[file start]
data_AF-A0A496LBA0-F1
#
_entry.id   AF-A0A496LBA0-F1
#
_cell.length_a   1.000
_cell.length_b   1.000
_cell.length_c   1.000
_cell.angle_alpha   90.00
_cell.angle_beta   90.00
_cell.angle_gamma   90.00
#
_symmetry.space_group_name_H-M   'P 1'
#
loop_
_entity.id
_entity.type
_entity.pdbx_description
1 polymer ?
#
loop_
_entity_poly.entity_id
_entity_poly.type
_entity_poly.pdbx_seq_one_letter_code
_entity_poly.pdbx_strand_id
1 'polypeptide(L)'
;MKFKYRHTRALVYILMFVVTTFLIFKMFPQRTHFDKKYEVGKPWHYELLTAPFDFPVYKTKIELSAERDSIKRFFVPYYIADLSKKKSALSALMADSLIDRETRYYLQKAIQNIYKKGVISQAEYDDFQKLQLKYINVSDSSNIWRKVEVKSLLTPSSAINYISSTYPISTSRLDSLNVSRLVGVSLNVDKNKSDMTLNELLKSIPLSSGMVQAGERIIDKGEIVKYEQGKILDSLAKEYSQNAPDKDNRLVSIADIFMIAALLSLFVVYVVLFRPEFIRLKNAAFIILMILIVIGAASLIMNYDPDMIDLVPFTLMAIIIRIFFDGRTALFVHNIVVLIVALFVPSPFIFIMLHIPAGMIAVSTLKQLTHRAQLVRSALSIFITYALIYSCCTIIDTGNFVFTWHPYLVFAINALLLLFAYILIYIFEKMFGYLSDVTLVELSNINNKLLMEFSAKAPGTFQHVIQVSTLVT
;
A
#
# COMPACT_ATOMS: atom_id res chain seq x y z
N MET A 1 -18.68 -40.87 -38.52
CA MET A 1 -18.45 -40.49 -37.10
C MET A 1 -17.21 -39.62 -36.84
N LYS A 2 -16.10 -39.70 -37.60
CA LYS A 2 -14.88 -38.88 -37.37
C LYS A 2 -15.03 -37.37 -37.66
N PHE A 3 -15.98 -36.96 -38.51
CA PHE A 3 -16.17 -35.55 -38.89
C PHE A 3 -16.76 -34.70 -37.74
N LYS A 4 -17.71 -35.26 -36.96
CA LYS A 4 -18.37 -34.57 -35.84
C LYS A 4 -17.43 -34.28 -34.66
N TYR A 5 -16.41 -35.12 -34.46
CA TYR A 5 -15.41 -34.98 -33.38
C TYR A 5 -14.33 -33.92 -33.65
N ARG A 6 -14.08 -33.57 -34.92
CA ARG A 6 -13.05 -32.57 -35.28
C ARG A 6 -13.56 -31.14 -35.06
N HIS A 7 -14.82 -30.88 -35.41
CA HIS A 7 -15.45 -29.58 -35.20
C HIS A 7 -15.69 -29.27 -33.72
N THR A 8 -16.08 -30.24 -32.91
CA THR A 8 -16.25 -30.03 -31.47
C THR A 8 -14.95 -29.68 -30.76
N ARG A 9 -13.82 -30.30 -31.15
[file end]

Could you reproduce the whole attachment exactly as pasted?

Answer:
data_AF-A0A496LBA0-F1
#
_entry.id   AF-A0A496LBA0-F1
#
_cell.length_a   1.000
_cell.length_b   1.000
_cell.length_c   1.000
_cell.angle_alpha   90.00
_cell.angle_beta   90.00
_cell.angle_gamma   90.00
#
_symmetry.space_group_name_H-M   'P 1'
#
loop_
_entity.id
_entity.type
_entity.pdbx_description
1 polymer ?
#
loop_
_entity_poly.entity_id
_entity_poly.type
_entity_poly.pdbx_seq_one_letter_code
_entity_poly.pdbx_strand_id
1 'polypeptide(L)'
;MKFKYRHTRALVYILMFVVTTFLIFKMFPQRTHFDKKYEVGKPWHYELLTAPFDFPVYKTKIELSAERDSIKRFFVPYYIADLSKKKSALSALMADSLIDRETRYYLQKAIQNIYKKGVISQAEYDDFQKLQLKYINVSDSSNIWRKVEVKSLLTPSSAINYISSTYPISTSRLDSLNVSRLVGVSLNVDKNKSDMTLNELLKSIPLSSGMVQAGERIIDKGEIVKYEQGKILDSLAKEYSQNAPDKDNRLVSIADIFMIAALLSLFVVYVVLFRPEFIRLKNAAFIILMILIVIGAASLIMNYDPDMIDLVPFTLMAIIIRIFFDGRTALFVHNIVVLIVALFVPSPFIFIMLHIPAGMIAVSTLKQLTHRAQLVRSALSIFITYALIYSCCTIIDTGNFVFTWHPYLVFAINALLLLFAYILIYIFEKMFGYLSDVTLVELSNINNKLLMEFSAKAPGTFQHVIQVSTLVT
;
A
#
# COMPACT_ATOMS: atom_id res chain seq x y z
N MET A 1 -18.68 -40.87 -38.52
CA MET A 1 -18.45 -40.49 -37.10
C MET A 1 -17.21 -39.62 -36.84
N LYS A 2 -16.10 -39.70 -37.60
CA LYS A 2 -14.88 -38.88 -37.37
C LYS A 2 -15.03 -37.37 -37.66
N PHE A 3 -15.98 -36.96 -38.51
CA PHE A 3 -16.17 -35.55 -38.89
C PHE A 3 -16.76 -34.70 -37.74
N LYS A 4 -17.71 -35.26 -36.96
CA LYS A 4 -18.37 -34.57 -35.84
C LYS A 4 -17.43 -34.28 -34.66
N TYR A 5 -16.41 -35.12 -34.46
CA TYR A 5 -15.41 -34.98 -33.38
C TYR A 5 -14.33 -33.92 -33.65
N ARG A 6 -14.08 -33.57 -34.92
CA ARG A 6 -13.05 -32.57 -35.28
C ARG A 6 -13.56 -31.14 -35.06
N HIS A 7 -14.82 -30.88 -35.41
CA HIS A 7 -15.45 -29.58 -35.20
C HIS A 7 -15.69 -29.27 -33.72
N THR A 8 -16.08 -30.24 -32.91
CA THR A 8 -16.25 -30.03 -31.47
C THR A 8 -14.95 -29.68 -30.76
N ARG A 9 -13.82 -30.30 -31.15